Protest held outside Shaw Library after woman ordered to remove hijab

WASHINGTON — A couple of dozen protesters gathered outside Shaw Library in protest of what they called a rise of Islamophobia, after a woman on Wednesday was ordered by a library police officer to remove her hijab.

Protesters handcuff themselves to each other during a protest outside Shaw Library in D.C. on Saturday, March 2016. Earlier that week, a library police officer ordered a woman to remove her hijab. (WTOP/John Domen)
Protesters handcuff themselves to each other during a protest outside Shaw Library in D.C. on Saturday, March 2016.  (WTOP/John Domen)

“It was a blatant act of discrimination and abuse of power on the part of this police officer,” says Jessica Raven, who was in the library when the incident unfolded. “And now we need the library to do more than apologize, do more than just discipline a single officer, and make changes to address Islamophobia.”

Raven is the executive director of Collective Action for Safe Spaces, which an organization that speaks out against harassment.

She says the D.C. library system is minimizing what happened by calling it an “isolated incident,” adding that she wants to see more public institutions make an effort to combat Islamophobia head-on and make Muslims feel more welcome.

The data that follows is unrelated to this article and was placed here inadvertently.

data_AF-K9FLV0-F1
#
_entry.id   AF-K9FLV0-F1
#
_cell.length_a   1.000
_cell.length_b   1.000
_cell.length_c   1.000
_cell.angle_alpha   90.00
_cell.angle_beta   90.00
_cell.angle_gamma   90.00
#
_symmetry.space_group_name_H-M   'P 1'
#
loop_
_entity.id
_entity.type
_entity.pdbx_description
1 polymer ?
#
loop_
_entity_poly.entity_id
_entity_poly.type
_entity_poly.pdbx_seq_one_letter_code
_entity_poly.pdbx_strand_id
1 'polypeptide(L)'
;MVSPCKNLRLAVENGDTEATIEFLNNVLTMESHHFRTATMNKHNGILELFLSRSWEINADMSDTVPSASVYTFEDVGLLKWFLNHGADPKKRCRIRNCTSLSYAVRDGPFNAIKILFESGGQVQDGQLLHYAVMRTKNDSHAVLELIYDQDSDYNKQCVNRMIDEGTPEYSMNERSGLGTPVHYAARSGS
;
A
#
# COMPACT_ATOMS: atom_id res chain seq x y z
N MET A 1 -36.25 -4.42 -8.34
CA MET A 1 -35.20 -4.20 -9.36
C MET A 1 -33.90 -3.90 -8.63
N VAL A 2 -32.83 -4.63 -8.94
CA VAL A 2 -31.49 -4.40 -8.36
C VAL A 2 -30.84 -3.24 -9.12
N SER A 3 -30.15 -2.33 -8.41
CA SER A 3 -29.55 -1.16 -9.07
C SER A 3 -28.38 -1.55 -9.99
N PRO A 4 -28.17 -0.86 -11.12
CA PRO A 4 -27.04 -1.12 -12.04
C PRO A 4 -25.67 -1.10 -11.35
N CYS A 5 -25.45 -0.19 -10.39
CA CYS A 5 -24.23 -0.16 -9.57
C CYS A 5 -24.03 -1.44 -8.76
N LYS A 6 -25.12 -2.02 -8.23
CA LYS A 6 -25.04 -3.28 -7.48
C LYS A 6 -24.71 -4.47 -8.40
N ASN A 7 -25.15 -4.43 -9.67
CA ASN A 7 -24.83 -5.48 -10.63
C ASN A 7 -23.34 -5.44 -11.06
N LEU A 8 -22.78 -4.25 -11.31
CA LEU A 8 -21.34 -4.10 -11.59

“I can’t come back to the library,” Raven says. “It’s upsetting. I can’t. I just don’t feel comfortable going back into the library that I come to almost every single day with my toddler.  It’s not like I’m boycotting it or asking other people to boycott it. I’m just unsettled by what I saw.”

The organizers of the rally say they hope to raise the issue during a D.C. Council budget hearing April 13 that focuses on the library.

Carole Mu’min, an African-American Muslim woman who lives in Shaw, says those who live in fear are taking the wrong approach to things.

“Stop that fear talk. Know your neighbor.  Speak to your neighbor,” Mu’min says.

She says living fearlessly is how Shaw was made safer from drug dealers and drug violence, and that those gathered need to stand up and not let others intimidate them.

“It’s terrible what happened. I know it is,” Mu’min says.  “But we can do something about it. We are not helpless.”

John Domen

John started working at WTOP in 2016 after having grown up in Maryland listening to the station as a child. While he got his on-air start at small stations in Pennsylvania and Delaware, he's spent most of his career in the D.C. area, having been heard on several local stations before coming to WTOP.

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